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MEDIEVAL-RELIGION  February 2005

MEDIEVAL-RELIGION February 2005

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Subject:

Re: saints of the day 3. February (2 of 2)

From:

John Dillon <[log in to unmask]>

Reply-To:

Scholarly discussions of medieval religion and culture <[log in to unmask]>

Date:

Mon, 7 Feb 2005 17:44:31 -0600

Content-Type:

text/plain

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medieval-religion: Scholarly discussions of medieval religion and culture

As previously noted, in addition to his veneration at Maratea (PZ) in
the territories of the former Regno Blaise is also particularly
associated with Ostuni (BR).

Ostuni is a small city perched on a steep hill near the southern edge
of the Murge, the range of hills that forms a central spine runnning
roughly northwest-southeast through much of Puglia.  Seized by Lombards
in the seventh century, the town reverted in the ninth to the political
control of the empire of the Romans.  Its diocese seems to have
remained Latin-rite throughout Ostuni's period of Byzantine rule (which
ended with the Norman occupation of 1071).

Ostuni's abandoned rupestrian settlement of San Biagio in Rialbo, now
called the sanctuary of San Biagio and last attested as active in 1229,
was founded in 1148 (with a church dedicated to B.) by a grant of the
bishop of Ostuni to a monk named Johannes; in 1191 there were only
three monks here.  Attempts to place initial monastic use of the site
back as far as the seventh century are purely conjectural.  There are
remains of frescos in Byzantine style but, as the latter continued to
be used in subterranean churches in the region right into the
fourteenth century, this hardly bespeaks an early date.  Of the
monastery only the church remains.  Though hard to get to -- one has to
walk about a kilometer up paths on the steep slope of Ostuni's hill --,
it is said to be the focus of an annual procession on 3. February.  A
drawing from a photograph showing its facade (doorway appears to have
been reworked) is here:
http://www.provincia.brindisi.it/turismo/images/tur0023.jpg
And a photograph of the 12th-century upper portion of the facade is
here:
http://www.rassegnaitalia.com/chiese/immchiese/santuario.JPG

A little further to the southeast, out on the plain of Brindisi, is San
Vito dei Normanni, home of a now closed (or largely closed) U.S. Air
Force station.  Between it and Brindisi itself is a rupestrian chapel
dedicated to B. and containing a fresco cycle dated to 1196 whose
inscriptions are almost entirely in Greek.  One saint (Nicholas) is
named both in Greek and in Latin and the hegumen of the associated
monastic community has a Latin name (Beneditus) treated as a loan-word
(i.e., not declined) in the inscription in which he appears.  Specimens
of the frescos are here:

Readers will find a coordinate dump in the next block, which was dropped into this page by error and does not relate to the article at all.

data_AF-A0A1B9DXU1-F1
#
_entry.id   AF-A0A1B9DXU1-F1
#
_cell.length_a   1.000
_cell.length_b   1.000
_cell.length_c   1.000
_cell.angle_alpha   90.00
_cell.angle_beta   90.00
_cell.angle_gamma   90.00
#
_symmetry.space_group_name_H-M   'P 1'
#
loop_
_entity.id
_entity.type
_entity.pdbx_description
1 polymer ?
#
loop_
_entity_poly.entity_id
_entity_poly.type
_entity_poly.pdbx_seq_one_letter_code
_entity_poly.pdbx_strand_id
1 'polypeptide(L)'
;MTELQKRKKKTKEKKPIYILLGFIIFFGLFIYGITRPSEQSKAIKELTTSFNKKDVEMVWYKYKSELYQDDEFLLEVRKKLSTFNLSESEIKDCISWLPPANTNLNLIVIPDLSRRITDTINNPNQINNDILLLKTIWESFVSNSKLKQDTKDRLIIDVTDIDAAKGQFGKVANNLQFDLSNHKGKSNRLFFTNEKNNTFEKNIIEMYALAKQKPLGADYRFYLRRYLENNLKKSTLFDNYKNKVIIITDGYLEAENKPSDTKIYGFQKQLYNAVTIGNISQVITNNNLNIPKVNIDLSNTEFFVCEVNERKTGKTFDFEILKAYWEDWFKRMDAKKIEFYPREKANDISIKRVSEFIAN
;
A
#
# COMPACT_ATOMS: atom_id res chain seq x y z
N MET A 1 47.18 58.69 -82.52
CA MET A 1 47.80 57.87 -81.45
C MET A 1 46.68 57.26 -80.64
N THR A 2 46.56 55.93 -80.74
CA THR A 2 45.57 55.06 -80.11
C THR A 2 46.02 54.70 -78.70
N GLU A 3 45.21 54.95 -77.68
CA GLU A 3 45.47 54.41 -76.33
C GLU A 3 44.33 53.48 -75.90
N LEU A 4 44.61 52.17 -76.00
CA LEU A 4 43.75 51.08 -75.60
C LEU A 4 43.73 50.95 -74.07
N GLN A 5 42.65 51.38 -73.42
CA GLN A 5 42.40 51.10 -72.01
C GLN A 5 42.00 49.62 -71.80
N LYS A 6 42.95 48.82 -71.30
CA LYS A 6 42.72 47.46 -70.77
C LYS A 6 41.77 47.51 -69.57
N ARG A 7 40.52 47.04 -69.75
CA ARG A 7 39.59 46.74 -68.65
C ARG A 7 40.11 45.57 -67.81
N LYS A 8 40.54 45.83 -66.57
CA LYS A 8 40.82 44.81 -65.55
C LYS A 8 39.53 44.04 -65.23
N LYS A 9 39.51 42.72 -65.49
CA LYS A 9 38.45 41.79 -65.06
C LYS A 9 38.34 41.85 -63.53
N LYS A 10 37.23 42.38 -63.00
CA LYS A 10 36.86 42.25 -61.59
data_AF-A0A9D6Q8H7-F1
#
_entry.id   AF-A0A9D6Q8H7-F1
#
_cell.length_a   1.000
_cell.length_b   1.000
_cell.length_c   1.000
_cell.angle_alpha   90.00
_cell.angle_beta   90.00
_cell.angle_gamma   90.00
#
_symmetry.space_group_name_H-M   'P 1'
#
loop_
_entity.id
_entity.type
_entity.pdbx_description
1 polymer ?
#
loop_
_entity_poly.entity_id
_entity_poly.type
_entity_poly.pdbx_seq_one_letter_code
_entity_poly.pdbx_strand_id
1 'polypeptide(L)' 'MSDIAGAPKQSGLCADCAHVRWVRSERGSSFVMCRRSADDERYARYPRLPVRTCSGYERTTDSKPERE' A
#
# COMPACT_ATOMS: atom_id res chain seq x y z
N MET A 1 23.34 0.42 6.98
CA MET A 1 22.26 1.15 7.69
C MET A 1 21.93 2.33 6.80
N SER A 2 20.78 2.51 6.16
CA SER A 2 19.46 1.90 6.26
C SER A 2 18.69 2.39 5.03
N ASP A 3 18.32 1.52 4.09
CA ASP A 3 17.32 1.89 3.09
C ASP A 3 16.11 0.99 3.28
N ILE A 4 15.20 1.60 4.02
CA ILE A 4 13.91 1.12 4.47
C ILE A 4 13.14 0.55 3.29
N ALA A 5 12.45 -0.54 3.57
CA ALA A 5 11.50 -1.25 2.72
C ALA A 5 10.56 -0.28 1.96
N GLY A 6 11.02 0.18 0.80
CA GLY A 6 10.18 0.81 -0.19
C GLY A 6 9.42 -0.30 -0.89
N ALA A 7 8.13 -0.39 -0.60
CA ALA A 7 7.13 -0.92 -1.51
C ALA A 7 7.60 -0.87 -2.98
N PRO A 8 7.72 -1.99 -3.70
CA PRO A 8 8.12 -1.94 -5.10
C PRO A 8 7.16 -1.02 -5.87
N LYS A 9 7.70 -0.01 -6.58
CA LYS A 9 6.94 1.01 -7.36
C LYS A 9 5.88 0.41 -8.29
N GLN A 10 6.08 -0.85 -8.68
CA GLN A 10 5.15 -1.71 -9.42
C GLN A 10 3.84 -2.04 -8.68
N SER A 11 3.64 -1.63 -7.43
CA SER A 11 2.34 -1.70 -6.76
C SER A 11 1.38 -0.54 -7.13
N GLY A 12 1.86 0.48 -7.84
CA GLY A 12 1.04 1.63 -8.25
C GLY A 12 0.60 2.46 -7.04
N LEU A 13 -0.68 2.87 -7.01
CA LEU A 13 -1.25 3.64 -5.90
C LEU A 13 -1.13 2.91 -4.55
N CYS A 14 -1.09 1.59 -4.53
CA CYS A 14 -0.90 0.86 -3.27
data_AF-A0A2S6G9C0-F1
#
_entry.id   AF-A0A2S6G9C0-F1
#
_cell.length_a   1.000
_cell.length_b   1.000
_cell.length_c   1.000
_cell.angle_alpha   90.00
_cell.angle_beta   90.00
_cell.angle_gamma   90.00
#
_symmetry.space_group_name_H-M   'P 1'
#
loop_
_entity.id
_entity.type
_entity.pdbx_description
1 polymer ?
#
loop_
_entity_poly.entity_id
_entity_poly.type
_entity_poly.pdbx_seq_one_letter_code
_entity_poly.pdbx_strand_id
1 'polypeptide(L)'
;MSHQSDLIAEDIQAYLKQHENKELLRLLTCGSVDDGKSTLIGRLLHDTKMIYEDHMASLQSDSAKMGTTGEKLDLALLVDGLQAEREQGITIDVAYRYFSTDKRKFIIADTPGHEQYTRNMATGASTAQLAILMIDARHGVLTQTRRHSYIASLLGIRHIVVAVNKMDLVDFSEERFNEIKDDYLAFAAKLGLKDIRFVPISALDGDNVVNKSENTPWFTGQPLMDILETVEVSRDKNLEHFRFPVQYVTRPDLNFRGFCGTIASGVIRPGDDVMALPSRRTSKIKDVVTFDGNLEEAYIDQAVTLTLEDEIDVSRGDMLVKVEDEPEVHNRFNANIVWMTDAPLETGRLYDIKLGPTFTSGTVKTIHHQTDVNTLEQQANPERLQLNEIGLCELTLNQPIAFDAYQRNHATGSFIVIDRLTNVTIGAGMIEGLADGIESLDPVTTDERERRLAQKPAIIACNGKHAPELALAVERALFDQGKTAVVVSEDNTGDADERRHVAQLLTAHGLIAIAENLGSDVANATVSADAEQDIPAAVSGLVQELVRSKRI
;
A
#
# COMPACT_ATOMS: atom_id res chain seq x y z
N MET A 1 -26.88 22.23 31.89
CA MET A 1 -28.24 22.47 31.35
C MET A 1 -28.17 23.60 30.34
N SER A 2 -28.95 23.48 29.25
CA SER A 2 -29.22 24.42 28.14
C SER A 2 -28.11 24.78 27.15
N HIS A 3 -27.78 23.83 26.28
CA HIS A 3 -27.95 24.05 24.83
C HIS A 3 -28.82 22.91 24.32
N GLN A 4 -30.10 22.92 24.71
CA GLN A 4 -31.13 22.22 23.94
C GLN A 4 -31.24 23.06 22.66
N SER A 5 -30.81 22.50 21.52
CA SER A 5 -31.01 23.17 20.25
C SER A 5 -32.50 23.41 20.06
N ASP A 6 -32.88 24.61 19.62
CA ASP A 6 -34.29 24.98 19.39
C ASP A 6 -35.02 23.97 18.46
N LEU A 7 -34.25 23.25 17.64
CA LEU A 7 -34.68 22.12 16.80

http://www.lagazzettadelmezzogiorno.it/comuni_oggi/categorie/BR/images/s
anvitocripta.jpg
TinyURL for this: http://tinyurl.com/6rkl3
and here:
http://www.provincia.brindisi.it/turismo/images/tur0020.jpg
In case you're wondering what a "rupestrian settlement" might be doing
on a plain, here's a shot of the place from the outside, courtesy of a
bicycle tour:
http://www.cicloamici.it/percorso_rupestre/san_biagio.jpg

These two settlements represent late phases of an originally Byzantine
Greek-rite monasticism now operating in an overwhelmingly Latin
environment.  They are also the earliest of the very few monastic
dedications to B. in medieval Puglia.  It is probably from their
culture that Ostuni early acquired B. as a patron saint, appearing, for
example, over one of the flanking portals on the main facade of
Ostuni's fifteenth-century cathedral of Santa Maria Assunta, an Italian
national monument since 1902.  Here are several views of the facade (I
_think_ B. is over the right-hand doorway):
http://sicilyweb.com/foto/2/2-10-06-16-2932.jpg
http://www.flyyy.com/flyweb/cards/16593.jpg
http://www.villen-apulien.de/cattedrale.jpg

And a few details:
http://sicilyweb.com/foto/2/2-10-12-57-9942.jpg
http://sicilyweb.com/foto/2/2-10-17-33-8931.jpg
http://sicilyweb.com/foto/2/2-10-11-46-5306.jpg

And here  are two distance views of the cathedral rising above the town:
http://sicilyweb.com/foto/2/2-09-50-12-7600.jpg
http://www.villen-apulien.de/ostuni_cattedrale2.jpg

Notice all the whitewash.  Ostuni's nickname is Ostuni bianca ("white
Ostuni").  Here are some more views:
http://sicilyweb.com/foto/2/2-09-49-32-3789.jpg
http://www.primitaly.it/puglia/brindisi/images/ost_pan.jpg
And a site with some expandable .jpgs:
http://www.foto-sicilia.it/categorie2.cfm?citta=Ostuni&idcategoria=8

For those who prefer a bit more color, here's B. in a fifteenth-century
fresco from Umbria:
http://penelope.uchicago.edu/Thayer/E/Gazetteer/Places/Europe/Italy/Umbr
ia/Perugia/Spello/Spello/churches/S.Biagio/Madonna_and_Child.html
TinyURL for this: TinyURL for this: http://tinyurl.com/4oklg

Best,
John Dillon

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